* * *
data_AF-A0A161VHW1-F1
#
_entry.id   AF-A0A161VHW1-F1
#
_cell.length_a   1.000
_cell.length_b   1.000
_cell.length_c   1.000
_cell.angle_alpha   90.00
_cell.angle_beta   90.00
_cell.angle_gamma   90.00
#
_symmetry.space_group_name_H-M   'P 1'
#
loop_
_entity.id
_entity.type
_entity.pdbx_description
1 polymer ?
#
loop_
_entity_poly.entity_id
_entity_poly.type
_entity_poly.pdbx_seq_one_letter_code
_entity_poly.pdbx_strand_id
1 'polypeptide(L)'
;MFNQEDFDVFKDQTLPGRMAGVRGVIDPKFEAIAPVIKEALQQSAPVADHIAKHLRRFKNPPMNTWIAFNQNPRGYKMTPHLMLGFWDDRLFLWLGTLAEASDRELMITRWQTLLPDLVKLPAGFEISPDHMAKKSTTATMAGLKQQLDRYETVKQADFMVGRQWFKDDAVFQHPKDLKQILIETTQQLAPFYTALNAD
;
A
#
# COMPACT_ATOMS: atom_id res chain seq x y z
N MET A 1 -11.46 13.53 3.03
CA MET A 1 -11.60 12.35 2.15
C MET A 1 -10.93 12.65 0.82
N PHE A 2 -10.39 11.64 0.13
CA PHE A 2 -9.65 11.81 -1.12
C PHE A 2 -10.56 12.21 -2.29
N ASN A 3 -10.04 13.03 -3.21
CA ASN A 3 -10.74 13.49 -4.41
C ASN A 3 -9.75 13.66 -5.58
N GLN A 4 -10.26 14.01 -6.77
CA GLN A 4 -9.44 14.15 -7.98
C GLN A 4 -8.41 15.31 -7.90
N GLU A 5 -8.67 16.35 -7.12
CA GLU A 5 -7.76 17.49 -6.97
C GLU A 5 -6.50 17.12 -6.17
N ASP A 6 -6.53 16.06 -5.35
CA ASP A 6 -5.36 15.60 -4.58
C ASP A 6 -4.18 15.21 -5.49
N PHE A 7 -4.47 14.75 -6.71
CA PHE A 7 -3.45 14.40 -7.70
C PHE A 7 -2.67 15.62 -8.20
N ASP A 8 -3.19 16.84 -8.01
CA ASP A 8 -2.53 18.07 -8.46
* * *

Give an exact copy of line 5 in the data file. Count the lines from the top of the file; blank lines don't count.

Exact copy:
_cell.length_a   1.000